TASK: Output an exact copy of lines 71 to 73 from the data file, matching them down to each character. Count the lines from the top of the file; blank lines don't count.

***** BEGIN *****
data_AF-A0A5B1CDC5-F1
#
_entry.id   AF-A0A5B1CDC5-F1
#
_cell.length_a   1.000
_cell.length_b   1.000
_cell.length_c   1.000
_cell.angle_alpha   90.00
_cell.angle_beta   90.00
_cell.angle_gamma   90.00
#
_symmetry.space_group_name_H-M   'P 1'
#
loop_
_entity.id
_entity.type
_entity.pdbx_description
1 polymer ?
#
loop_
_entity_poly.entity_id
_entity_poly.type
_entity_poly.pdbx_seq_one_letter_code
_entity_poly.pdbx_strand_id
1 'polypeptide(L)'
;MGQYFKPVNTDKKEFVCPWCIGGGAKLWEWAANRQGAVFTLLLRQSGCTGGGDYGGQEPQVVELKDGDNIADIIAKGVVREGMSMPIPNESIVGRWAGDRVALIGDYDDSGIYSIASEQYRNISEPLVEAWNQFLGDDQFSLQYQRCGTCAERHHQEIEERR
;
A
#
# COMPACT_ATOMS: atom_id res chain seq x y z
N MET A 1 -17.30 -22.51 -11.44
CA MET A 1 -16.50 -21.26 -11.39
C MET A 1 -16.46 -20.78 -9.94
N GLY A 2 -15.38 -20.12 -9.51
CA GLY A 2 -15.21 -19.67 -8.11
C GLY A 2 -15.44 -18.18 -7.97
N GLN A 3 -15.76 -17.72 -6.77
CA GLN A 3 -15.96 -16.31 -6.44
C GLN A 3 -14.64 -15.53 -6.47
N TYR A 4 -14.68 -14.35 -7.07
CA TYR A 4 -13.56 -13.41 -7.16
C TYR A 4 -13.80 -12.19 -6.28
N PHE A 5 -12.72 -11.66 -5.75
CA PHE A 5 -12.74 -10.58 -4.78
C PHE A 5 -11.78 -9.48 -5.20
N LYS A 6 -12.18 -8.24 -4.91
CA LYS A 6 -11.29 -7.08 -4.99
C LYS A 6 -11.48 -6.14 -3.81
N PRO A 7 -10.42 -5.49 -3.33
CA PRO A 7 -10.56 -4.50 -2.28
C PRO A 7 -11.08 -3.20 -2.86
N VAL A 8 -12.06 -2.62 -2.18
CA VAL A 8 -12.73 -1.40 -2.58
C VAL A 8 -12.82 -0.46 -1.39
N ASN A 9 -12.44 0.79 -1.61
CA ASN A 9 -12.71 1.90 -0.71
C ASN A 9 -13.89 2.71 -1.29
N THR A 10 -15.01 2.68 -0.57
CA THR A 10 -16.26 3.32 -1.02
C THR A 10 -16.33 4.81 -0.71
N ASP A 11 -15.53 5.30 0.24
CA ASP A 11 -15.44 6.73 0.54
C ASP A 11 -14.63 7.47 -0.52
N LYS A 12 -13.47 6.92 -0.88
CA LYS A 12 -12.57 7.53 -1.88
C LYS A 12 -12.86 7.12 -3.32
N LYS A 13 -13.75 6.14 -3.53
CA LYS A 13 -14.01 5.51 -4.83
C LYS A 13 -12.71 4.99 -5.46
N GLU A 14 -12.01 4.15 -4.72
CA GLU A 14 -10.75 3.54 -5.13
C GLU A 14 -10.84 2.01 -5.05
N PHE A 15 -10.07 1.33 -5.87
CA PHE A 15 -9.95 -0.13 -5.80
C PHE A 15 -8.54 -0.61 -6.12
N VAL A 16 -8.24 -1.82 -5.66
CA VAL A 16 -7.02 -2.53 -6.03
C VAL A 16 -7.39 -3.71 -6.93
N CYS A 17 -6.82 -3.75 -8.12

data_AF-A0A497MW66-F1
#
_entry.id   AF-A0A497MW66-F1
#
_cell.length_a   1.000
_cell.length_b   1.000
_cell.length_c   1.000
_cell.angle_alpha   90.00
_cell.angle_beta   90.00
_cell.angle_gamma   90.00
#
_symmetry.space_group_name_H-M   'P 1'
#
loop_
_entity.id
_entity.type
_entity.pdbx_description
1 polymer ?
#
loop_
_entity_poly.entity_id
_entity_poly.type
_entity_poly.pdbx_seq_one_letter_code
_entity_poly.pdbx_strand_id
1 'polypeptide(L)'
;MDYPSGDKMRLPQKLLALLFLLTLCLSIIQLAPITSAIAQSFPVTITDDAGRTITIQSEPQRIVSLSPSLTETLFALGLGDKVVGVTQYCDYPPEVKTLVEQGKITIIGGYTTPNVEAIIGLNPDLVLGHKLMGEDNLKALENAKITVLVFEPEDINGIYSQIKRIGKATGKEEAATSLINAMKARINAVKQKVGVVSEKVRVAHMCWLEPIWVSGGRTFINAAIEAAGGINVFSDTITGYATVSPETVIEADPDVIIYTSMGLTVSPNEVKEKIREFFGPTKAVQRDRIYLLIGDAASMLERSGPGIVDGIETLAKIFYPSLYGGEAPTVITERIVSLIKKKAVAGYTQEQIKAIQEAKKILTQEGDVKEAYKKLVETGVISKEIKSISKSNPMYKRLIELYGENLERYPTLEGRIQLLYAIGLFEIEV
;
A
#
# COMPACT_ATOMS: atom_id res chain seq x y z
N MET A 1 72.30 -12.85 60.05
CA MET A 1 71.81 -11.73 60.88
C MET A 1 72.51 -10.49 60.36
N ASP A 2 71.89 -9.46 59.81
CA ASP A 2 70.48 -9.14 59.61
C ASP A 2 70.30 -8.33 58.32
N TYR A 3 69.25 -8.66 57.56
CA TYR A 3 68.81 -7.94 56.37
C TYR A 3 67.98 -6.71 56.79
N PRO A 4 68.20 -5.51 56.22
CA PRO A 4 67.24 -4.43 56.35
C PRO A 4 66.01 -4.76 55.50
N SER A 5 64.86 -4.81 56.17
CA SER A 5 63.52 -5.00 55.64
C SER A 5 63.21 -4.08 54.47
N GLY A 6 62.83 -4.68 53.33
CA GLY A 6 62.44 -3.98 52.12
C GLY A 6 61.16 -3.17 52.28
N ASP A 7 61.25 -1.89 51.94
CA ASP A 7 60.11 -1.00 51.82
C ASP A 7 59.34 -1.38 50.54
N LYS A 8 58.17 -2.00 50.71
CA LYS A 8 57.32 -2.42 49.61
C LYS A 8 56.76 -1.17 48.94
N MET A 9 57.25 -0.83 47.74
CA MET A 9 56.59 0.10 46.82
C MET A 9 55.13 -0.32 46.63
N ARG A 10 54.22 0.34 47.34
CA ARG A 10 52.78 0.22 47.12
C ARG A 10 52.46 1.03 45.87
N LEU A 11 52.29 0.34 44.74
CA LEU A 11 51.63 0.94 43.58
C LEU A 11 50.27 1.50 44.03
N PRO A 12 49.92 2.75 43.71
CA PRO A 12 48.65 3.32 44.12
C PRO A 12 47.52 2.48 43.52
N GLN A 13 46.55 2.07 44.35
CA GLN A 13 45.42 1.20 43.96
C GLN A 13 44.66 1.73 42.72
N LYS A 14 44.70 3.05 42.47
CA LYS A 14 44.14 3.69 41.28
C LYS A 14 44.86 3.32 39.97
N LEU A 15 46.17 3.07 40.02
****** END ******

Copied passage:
CA GLU A 14 -10.75 3.54 -5.13
C GLU A 14 -10.84 2.01 -5.05
N PHE A 15 -10.07 1.33 -5.87